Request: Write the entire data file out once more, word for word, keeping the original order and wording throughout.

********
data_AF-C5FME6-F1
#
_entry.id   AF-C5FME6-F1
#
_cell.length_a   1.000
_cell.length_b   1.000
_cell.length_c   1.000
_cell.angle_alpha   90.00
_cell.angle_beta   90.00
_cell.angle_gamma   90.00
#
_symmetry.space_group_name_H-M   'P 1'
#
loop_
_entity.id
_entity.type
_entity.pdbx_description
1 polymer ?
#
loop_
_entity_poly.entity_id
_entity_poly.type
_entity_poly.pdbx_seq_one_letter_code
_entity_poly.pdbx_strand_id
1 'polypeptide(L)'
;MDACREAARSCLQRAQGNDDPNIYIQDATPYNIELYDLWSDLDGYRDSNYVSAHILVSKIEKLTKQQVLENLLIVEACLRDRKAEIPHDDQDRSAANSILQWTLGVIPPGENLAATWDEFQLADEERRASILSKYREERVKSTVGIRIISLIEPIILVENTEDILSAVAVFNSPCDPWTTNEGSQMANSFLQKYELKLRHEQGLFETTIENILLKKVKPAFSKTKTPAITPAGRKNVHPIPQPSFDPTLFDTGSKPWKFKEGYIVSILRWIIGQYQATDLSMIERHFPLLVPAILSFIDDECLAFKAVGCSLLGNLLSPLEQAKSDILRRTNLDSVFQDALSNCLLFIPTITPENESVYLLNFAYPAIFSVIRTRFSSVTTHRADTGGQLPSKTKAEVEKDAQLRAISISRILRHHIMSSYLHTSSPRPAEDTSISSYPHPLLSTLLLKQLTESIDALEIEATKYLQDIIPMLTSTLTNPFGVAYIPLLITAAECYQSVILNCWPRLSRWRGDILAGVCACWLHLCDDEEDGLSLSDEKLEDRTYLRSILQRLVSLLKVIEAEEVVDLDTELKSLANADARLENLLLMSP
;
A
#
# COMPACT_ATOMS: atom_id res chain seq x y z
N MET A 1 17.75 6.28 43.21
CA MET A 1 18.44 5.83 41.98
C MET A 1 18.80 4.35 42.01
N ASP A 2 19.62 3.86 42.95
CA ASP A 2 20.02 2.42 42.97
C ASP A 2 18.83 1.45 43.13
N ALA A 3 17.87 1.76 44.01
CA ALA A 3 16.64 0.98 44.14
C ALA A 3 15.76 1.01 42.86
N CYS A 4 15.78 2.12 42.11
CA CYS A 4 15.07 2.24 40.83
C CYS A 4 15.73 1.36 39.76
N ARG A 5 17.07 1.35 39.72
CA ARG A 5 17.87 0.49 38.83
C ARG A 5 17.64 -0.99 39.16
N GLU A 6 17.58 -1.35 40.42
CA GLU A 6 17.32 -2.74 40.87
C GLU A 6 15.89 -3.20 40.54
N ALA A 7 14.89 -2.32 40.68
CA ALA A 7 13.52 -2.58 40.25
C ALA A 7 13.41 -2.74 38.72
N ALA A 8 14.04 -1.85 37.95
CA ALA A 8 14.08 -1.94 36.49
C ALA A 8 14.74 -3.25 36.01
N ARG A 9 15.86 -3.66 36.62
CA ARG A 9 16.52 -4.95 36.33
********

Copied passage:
data_AF-C5FME6-F1
#
_entry.id   AF-C5FME6-F1
#
_cell.length_a   1.000
_cell.length_b   1.000
_cell.length_c   1.000
_cell.angle_alpha   90.00
_cell.angle_beta   90.00
_cell.angle_gamma   90.00
#
_symmetry.space_group_name_H-M   'P 1'
#
loop_
_entity.id
_entity.type
_entity.pdbx_description
1 polymer ?
#
loop_
_entity_poly.entity_id
_entity_poly.type
_entity_poly.pdbx_seq_one_letter_code
_entity_poly.pdbx_strand_id
1 'polypeptide(L)'
;MDACREAARSCLQRAQGNDDPNIYIQDATPYNIELYDLWSDLDGYRDSNYVSAHILVSKIEKLTKQQVLENLLIVEACLRDRKAEIPHDDQDRSAANSILQWTLGVIPPGENLAATWDEFQLADEERRASILSKYREERVKSTVGIRIISLIEPIILVENTEDILSAVAVFNSPCDPWTTNEGSQMANSFLQKYELKLRHEQGLFETTIENILLKKVKPAFSKTKTPAITPAGRKNVHPIPQPSFDPTLFDTGSKPWKFKEGYIVSILRWIIGQYQATDLSMIERHFPLLVPAILSFIDDECLAFKAVGCSLLGNLLSPLEQAKSDILRRTNLDSVFQDALSNCLLFIPTITPENESVYLLNFAYPAIFSVIRTRFSSVTTHRADTGGQLPSKTKAEVEKDAQLRAISISRILRHHIMSSYLHTSSPRPAEDTSISSYPHPLLSTLLLKQLTESIDALEIEATKYLQDIIPMLTSTLTNPFGVAYIPLLITAAECYQSVILNCWPRLSRWRGDILAGVCACWLHLCDDEEDGLSLSDEKLEDRTYLRSILQRLVSLLKVIEAEEVVDLDTELKSLANADARLENLLLMSP
;
A
#
# COMPACT_ATOMS: atom_id res chain seq x y z
N MET A 1 17.75 6.28 43.21
CA MET A 1 18.44 5.83 41.98
C MET A 1 18.80 4.35 42.01
N ASP A 2 19.62 3.86 42.95
CA ASP A 2 20.02 2.42 42.97
C ASP A 2 18.83 1.45 43.13
N ALA A 3 17.87 1.76 44.01
CA ALA A 3 16.64 0.98 44.14
C ALA A 3 15.76 1.01 42.86
N CYS A 4 15.78 2.12 42.11
CA CYS A 4 15.07 2.24 40.83
C CYS A 4 15.73 1.36 39.76
N ARG A 5 17.07 1.35 39.72
CA ARG A 5 17.87 0.49 38.83
C ARG A 5 17.64 -0.99 39.16
N GLU A 6 17.58 -1.35 40.42
CA GLU A 6 17.32 -2.74 40.87
C GLU A 6 15.89 -3.20 40.54
N ALA A 7 14.89 -2.32 40.68
CA ALA A 7 13.52 -2.58 40.25
C ALA A 7 13.41 -2.74 38.72
N ALA A 8 14.04 -1.85 37.95
CA ALA A 8 14.08 -1.94 36.49
C ALA A 8 14.74 -3.25 36.01
N ARG A 9 15.86 -3.66 36.62
CA ARG A 9 16.52 -4.95 36.33